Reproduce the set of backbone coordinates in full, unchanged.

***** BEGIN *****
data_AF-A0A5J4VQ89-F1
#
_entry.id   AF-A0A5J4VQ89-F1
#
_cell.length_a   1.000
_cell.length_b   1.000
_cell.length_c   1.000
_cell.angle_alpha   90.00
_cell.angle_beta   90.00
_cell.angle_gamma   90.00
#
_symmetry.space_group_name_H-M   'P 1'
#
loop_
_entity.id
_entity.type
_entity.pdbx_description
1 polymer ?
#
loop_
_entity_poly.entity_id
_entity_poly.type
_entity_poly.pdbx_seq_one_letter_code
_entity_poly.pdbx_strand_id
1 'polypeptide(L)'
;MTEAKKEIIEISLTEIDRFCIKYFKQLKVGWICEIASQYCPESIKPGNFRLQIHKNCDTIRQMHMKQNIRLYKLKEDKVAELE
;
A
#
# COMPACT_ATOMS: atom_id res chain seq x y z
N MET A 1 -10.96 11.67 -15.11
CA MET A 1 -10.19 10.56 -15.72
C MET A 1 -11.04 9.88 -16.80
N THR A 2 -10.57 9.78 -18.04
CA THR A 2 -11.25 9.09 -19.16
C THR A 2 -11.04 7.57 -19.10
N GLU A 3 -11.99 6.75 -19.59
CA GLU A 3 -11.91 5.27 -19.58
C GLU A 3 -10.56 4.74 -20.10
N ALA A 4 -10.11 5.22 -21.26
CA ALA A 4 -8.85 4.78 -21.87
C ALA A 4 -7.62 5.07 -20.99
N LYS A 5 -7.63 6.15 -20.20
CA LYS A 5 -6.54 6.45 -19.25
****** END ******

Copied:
data_AF-A0A5J4VQ89-F1
#
_entry.id   AF-A0A5J4VQ89-F1
#
_cell.length_a   1.000
_cell.length_b   1.000
_cell.length_c   1.000
_cell.angle_alpha   90.00
_cell.angle_beta   90.00
_cell.angle_gamma   90.00
#
_symmetry.space_group_name_H-M   'P 1'
#
loop_
_entity.id
_entity.type
_entity.pdbx_description
1 polymer ?
#
loop_
_entity_poly.entity_id
_entity_poly.type
_entity_poly.pdbx_seq_one_letter_code
_entity_poly.pdbx_strand_id
1 'polypeptide(L)'
;MTEAKKEIIEISLTEIDRFCIKYFKQLKVGWICEIASQYCPESIKPGNFRLQIHKNCDTIRQMHMKQNIRLYKLKEDKVAELE
;
A
#
# COMPACT_ATOMS: atom_id res chain seq x y z
N MET A 1 -10.96 11.67 -15.11
CA MET A 1 -10.19 10.56 -15.72
C MET A 1 -11.04 9.88 -16.80
N THR A 2 -10.57 9.78 -18.04
CA THR A 2 -11.25 9.09 -19.16
C THR A 2 -11.04 7.57 -19.10
N GLU A 3 -11.99 6.75 -19.59
CA GLU A 3 -11.91 5.27 -19.58
C GLU A 3 -10.56 4.74 -20.10
N ALA A 4 -10.11 5.22 -21.26
CA ALA A 4 -8.85 4.78 -21.87
C ALA A 4 -7.62 5.07 -20.99
N LYS A 5 -7.63 6.15 -20.20
CA LYS A 5 -6.54 6.45 -19.25